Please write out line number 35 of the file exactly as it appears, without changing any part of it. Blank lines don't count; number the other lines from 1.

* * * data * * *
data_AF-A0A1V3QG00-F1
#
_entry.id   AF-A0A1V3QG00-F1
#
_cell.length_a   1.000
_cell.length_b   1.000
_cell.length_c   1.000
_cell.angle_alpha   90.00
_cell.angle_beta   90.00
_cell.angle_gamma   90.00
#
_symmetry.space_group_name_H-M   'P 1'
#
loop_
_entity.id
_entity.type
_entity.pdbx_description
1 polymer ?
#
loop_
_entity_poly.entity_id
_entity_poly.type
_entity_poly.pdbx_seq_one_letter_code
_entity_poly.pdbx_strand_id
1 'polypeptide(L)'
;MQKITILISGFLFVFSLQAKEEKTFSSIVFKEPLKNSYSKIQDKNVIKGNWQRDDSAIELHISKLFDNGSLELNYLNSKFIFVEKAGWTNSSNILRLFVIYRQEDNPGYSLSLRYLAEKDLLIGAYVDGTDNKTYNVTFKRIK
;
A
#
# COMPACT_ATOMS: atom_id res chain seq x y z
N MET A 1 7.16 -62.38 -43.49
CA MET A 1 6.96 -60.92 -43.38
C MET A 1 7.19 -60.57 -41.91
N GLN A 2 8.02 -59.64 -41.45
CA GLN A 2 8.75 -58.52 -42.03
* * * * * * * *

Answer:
CA GLN A 2 8.75 -58.52 -42.03